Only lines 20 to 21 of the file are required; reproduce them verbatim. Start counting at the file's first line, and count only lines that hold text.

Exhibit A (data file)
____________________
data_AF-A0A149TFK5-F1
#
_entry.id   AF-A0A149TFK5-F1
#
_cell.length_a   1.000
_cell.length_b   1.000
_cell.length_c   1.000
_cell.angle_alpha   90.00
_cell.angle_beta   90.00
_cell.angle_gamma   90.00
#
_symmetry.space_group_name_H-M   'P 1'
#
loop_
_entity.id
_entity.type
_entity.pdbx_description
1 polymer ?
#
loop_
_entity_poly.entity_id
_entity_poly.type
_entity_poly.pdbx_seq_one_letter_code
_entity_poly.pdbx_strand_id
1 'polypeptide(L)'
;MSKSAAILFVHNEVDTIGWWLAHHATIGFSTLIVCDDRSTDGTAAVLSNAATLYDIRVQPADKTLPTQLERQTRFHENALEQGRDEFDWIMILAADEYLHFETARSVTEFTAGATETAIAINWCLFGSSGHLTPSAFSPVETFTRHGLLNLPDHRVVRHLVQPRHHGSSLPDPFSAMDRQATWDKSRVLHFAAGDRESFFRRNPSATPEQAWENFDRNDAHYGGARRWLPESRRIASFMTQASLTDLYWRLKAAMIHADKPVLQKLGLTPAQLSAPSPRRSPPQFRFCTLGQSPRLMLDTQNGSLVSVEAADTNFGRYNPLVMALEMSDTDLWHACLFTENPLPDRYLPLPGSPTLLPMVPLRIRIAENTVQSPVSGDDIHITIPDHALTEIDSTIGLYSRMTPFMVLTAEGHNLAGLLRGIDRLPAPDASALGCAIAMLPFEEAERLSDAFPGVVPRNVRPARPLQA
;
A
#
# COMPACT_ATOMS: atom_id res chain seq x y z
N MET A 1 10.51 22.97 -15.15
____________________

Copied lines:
loop_
_entity_poly.entity_id